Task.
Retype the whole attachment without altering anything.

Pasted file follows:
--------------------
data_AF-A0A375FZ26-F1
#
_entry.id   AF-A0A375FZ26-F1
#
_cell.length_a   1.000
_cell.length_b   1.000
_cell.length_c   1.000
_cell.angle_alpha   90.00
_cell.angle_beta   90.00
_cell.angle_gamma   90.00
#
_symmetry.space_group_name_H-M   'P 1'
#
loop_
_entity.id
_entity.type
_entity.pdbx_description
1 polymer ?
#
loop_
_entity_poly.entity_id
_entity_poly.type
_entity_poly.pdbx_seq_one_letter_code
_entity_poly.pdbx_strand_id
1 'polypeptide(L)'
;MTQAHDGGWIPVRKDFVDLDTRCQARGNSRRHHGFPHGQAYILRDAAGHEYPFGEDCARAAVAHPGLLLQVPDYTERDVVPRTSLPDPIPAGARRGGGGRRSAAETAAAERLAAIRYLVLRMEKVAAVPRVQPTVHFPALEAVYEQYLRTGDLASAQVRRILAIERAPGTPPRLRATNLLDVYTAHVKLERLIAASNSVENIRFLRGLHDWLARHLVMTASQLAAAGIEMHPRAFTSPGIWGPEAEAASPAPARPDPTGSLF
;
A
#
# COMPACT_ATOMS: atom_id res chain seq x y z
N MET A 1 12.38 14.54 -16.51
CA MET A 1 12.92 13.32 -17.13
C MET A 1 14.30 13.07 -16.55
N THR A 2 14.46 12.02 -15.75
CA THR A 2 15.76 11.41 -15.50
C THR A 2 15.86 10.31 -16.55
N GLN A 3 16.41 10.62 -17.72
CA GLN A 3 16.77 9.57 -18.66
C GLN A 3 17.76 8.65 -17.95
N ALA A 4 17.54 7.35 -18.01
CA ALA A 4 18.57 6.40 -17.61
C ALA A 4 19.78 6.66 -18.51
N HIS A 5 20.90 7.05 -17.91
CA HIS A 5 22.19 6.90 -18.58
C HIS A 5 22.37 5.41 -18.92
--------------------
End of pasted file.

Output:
data_AF-A0A375FZ26-F1
#
_entry.id   AF-A0A375FZ26-F1
#
_cell.length_a   1.000
_cell.length_b   1.000
_cell.length_c   1.000
_cell.angle_alpha   90.00
_cell.angle_beta   90.00
_cell.angle_gamma   90.00
#
_symmetry.space_group_name_H-M   'P 1'
#
loop_
_entity.id
_entity.type
_entity.pdbx_description
1 polymer ?
#
loop_
_entity_poly.entity_id
_entity_poly.type
_entity_poly.pdbx_seq_one_letter_code
_entity_poly.pdbx_strand_id
1 'polypeptide(L)'
;MTQAHDGGWIPVRKDFVDLDTRCQARGNSRRHHGFPHGQAYILRDAAGHEYPFGEDCARAAVAHPGLLLQVPDYTERDVVPRTSLPDPIPAGARRGGGGRRSAAETAAAERLAAIRYLVLRMEKVAAVPRVQPTVHFPALEAVYEQYLRTGDLASAQVRRILAIERAPGTPPRLRATNLLDVYTAHVKLERLIAASNSVENIRFLRGLHDWLARHLVMTASQLAAAGIEMHPRAFTSPGIWGPEAEAASPAPARPDPTGSLF
;
A
#
# COMPACT_ATOMS: atom_id res chain seq x y z
N MET A 1 12.38 14.54 -16.51
CA MET A 1 12.92 13.32 -17.13
C MET A 1 14.30 13.07 -16.55
N THR A 2 14.46 12.02 -15.75
CA THR A 2 15.76 11.41 -15.50
C THR A 2 15.86 10.31 -16.55
N GLN A 3 16.41 10.62 -17.72
CA GLN A 3 16.77 9.57 -18.66
C GLN A 3 17.76 8.65 -17.95
N ALA A 4 17.54 7.35 -18.01
CA ALA A 4 18.57 6.40 -17.61
C ALA A 4 19.78 6.66 -18.51
N HIS A 5 20.90 7.05 -17.91
CA HIS A 5 22.19 6.90 -18.58
C HIS A 5 22.37 5.41 -18.92